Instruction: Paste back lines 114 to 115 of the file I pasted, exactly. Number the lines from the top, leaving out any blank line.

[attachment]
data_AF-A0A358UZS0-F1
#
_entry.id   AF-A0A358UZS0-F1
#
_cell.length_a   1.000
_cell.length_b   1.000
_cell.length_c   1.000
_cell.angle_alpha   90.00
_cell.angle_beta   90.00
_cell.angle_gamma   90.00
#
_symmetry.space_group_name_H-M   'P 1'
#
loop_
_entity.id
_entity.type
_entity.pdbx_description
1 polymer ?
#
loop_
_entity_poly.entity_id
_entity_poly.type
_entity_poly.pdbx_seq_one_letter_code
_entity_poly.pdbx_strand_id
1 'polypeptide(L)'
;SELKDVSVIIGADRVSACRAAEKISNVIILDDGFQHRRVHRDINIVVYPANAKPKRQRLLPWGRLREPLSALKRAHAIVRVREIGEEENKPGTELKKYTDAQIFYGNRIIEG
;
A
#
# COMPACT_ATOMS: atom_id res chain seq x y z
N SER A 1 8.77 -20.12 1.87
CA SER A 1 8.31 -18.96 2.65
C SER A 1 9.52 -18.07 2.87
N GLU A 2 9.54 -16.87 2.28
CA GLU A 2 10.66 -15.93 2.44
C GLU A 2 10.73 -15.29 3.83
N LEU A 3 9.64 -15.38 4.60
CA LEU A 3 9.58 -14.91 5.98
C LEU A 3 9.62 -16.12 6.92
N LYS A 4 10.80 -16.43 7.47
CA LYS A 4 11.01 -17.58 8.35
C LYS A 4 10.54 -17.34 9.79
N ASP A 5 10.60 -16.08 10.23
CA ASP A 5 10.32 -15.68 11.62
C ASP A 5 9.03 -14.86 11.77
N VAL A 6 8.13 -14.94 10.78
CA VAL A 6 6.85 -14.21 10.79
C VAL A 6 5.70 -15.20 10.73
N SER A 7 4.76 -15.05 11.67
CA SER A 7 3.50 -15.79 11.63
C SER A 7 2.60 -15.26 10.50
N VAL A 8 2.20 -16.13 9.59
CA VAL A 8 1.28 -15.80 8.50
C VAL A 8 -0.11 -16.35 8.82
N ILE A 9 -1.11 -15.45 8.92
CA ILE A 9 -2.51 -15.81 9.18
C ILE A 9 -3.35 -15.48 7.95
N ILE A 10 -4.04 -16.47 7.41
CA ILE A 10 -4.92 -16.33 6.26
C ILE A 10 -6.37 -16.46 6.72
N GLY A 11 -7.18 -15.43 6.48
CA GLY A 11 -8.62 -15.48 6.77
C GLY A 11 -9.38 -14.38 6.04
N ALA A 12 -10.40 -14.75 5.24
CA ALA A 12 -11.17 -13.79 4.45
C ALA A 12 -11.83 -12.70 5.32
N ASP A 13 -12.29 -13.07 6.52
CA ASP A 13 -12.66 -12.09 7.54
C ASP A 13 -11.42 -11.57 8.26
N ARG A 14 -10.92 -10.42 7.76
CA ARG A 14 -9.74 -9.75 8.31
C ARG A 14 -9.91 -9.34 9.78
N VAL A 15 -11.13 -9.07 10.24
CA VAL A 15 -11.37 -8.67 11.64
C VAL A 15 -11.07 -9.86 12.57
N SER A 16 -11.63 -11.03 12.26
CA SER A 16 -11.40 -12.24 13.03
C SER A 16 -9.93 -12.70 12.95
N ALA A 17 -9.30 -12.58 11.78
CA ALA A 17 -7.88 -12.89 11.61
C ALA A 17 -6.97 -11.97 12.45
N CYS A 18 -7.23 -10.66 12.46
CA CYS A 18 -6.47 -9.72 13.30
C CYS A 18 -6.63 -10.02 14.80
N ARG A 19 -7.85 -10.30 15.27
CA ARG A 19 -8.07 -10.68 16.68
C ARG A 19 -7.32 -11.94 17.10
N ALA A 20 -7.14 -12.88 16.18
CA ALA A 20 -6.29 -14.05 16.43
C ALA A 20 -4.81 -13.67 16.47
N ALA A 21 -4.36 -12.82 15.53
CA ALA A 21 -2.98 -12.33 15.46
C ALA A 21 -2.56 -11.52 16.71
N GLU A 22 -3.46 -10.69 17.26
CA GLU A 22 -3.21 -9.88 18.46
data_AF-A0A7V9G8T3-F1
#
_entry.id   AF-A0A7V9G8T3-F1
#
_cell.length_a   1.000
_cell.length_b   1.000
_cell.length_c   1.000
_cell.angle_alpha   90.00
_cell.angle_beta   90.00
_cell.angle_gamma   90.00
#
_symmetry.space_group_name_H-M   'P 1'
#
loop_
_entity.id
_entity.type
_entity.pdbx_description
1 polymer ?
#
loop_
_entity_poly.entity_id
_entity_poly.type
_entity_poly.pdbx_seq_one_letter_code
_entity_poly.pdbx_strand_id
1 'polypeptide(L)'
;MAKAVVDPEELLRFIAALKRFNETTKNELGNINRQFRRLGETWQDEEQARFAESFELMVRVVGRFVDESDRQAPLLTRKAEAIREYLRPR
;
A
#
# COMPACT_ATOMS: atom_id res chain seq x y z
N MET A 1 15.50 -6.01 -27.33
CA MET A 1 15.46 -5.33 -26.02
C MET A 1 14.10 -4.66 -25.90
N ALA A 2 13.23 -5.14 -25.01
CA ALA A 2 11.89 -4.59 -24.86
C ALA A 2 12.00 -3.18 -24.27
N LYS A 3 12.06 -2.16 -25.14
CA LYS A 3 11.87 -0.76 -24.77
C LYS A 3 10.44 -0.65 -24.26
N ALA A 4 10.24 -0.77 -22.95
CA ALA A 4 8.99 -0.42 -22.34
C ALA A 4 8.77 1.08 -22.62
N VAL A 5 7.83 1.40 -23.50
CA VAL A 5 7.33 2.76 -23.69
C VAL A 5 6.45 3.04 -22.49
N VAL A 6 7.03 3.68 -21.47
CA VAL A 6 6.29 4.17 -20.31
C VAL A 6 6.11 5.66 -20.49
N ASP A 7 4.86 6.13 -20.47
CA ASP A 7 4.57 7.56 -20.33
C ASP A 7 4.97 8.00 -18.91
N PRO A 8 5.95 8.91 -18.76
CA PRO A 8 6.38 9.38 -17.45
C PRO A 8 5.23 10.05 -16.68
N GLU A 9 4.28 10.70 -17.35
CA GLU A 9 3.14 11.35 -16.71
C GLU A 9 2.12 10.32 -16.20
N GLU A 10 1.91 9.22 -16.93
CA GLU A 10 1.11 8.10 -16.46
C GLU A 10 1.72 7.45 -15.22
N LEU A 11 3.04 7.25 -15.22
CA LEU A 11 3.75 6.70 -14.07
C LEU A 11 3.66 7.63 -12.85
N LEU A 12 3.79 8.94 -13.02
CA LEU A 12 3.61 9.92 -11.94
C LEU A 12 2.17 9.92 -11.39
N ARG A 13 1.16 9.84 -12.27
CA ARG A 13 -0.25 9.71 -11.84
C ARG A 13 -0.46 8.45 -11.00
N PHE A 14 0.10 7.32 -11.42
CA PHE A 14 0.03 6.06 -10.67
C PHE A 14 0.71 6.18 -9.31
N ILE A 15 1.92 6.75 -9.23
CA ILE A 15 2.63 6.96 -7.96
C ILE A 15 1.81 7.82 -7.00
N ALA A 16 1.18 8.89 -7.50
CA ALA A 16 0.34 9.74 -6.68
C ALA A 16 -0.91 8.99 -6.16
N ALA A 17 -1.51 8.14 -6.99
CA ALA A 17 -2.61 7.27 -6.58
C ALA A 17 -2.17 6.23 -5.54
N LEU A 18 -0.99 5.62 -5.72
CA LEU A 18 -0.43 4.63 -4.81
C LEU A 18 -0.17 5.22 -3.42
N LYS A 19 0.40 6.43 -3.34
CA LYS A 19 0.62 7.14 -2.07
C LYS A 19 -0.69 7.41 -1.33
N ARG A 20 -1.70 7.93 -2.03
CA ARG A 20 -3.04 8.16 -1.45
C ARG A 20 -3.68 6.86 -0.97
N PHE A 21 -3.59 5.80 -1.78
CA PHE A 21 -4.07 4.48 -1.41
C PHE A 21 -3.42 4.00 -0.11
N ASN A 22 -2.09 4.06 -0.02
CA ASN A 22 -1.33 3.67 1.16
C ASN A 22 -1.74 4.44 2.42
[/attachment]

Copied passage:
#
loop_